British Gas in row over dirty tricks campaign

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The Independent Online
A senior public relations consultant employed by British Gas is handing out anonymous material critical of Clare Spottiswoode, director general of Ofgas, the industry's regulator.

One of the papers handed to the Independent by Angus Maitland accuses Ms Spottiswoode of being part of a "mafia which firmly controls energy regulation".

As one of two external PR consultants retained by British Gas, Mr Maitland answers to Peter Sanguinetti, the company's public affairs director. Mr Maitland's allegations include:

t Ms Spottiswoode is closely tied to a trio of academics who believe "that they have a duty and carte blanche right to remodel UK utilities".

t One of the three, Professor Colin Robinson of Surrey University, has a hatred of British Gas stemming back to the 1960s, when he worked for Esso. Part of his job was to negotiate contracts with British Gas. "The experience traumatised him and ... his attacks on BG have a personal character and he is determined to break-up the company". He is also said to have a "fixation" about breaking up monopolies. Mr Maitland's briefing note points out he is married to Dr Eileen Marshall, Ms Spottiswoode's deputy at Ofgas.

Another document, identical in format, says that another member of the group, Professor Michael Beesley, is an adviser to Ofgas and the Office of Fair Trading (OFT) is "not happy with Beesley's involvement as consultant to Ofgas and has raised eyebrows".

Mr Maitland, who heads his own company, the Maitland Consultancy, has been used by British Gas for four years. His other clients include British Telecom and the BBC. His speciality is discreet, personal advice to corporate leaders.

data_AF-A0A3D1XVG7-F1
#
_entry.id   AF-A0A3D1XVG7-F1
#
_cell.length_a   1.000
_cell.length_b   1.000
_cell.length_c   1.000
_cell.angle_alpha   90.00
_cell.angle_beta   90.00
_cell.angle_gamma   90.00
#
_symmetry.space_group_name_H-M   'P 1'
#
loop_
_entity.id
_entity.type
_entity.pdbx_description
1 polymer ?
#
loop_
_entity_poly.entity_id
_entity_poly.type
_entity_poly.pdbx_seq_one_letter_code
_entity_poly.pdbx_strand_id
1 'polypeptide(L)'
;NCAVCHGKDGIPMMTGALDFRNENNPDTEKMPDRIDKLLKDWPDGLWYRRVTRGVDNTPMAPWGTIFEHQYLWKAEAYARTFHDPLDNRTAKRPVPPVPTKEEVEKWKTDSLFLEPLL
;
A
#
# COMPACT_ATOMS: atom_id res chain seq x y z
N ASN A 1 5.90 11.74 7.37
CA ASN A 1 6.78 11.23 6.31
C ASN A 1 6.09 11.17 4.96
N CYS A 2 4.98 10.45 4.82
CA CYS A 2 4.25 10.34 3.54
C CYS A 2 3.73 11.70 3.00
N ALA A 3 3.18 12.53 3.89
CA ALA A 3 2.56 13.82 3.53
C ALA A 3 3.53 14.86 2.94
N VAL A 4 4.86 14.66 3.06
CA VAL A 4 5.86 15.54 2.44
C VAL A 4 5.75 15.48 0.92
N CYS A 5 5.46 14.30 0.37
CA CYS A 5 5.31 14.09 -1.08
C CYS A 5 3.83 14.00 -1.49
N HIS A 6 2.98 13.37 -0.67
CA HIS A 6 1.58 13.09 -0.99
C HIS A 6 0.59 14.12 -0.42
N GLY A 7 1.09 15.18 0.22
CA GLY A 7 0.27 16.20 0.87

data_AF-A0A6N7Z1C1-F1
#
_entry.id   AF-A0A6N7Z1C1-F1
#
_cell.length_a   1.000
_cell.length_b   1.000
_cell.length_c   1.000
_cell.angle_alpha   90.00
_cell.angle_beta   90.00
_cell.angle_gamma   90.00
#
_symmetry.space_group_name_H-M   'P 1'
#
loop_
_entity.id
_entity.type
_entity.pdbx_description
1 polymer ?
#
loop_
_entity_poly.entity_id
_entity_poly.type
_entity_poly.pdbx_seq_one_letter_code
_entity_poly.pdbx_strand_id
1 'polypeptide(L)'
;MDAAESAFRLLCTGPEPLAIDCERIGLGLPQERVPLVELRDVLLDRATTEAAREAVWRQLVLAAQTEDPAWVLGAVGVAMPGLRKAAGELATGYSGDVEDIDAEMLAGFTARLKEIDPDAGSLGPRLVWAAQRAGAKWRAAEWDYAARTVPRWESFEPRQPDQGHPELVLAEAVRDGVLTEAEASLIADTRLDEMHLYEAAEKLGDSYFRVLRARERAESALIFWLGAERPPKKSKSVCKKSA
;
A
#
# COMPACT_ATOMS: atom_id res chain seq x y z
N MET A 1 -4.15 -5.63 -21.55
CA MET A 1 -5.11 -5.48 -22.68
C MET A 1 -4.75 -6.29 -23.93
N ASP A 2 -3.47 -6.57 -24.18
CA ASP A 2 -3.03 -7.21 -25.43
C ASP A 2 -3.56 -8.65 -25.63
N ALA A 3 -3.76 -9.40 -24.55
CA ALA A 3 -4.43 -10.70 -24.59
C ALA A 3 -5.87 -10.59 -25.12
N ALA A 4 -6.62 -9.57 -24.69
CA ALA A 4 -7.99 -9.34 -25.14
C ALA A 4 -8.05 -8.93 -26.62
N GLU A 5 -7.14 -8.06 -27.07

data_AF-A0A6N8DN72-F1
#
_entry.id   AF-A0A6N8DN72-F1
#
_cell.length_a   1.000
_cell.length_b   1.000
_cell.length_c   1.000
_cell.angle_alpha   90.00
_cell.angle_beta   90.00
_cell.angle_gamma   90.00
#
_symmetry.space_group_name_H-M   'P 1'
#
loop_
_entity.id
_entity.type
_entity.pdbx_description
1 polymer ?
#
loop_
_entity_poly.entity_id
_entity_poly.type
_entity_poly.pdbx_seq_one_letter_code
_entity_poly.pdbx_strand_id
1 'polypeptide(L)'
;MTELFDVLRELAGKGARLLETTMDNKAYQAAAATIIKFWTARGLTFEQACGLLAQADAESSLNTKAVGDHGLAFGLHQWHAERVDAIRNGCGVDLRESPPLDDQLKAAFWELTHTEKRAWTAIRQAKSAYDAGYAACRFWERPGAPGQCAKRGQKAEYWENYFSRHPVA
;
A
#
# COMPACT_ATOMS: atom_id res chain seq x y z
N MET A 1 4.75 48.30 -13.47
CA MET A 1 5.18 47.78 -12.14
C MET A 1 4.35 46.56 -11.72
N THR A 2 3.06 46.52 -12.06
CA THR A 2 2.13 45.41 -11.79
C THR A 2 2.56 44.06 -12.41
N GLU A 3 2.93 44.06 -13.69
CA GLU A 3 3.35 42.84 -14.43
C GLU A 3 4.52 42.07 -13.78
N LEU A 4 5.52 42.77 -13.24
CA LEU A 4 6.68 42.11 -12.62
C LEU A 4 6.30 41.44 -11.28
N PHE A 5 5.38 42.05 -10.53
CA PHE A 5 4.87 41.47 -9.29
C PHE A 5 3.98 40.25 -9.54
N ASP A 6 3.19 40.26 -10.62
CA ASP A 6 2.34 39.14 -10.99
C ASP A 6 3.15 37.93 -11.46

In an interview last year, Mr Maitland said: "Normally my advice is taken. British Gas has a strong case but the message has been submerged."

Earlier this year, Mr Maitland co-wrote a book, Through the Thicket, described in one newspaper as "a guide to PR men explaining how not to get caught spreading spurious stories".

But individuals and organisations mentioned in the document took issue with the conclusions of the briefing paper. The OFT said last night: "It is none of our business who is appointed as a consultant to Ofgas ... It is a British Gas matter."

Professor Robinson told the Independent that the claims about him were "ludicrous".

Ms Spottiswoode and Ofgas are not the only victims of anonymous "briefing notes" in the gas world. United Gas, a new competitor to British Gas, has also been attacked. Allegations distributed anonymously include that it acted in an underhand manner in applying for supply licences and its directors may have profited personally from this scheme.

Roger Turner, managing director of United Gas, said he had been aware for some time that "information purporting to discredit United Gas had been distributed to selected journalists in brown paper envelopes".

A spokesman for Ms Spottiswoode said the regulator was aware of the anonymous reports. "We are concerned this sort of thing is going on. We don't know why anyone is doing it - presumably to try to rubbish what we are doing. We have a requirement to control British Gas's monopoly prices and we will carry on."

Last night, Mr Maitland denied he was involved in a campaign against Ofgas or that in handing over the documents he was acting on behalf of British Gas, or that he had given similar documents to other journalists.

Asked about the document given to the Independent, he said: "I carry all sorts of stuff in my case. In my case you will find papers about the water and telecommunications industries." The Ofgas papers "were papers I happened to have with me". They were intended for background only and not for publication.'' He stressed that they had been handed out at the Independent's request at a meeting initiated by the newspaper.

A British Gas spokeswoman said she did not have sufficient information to comment.

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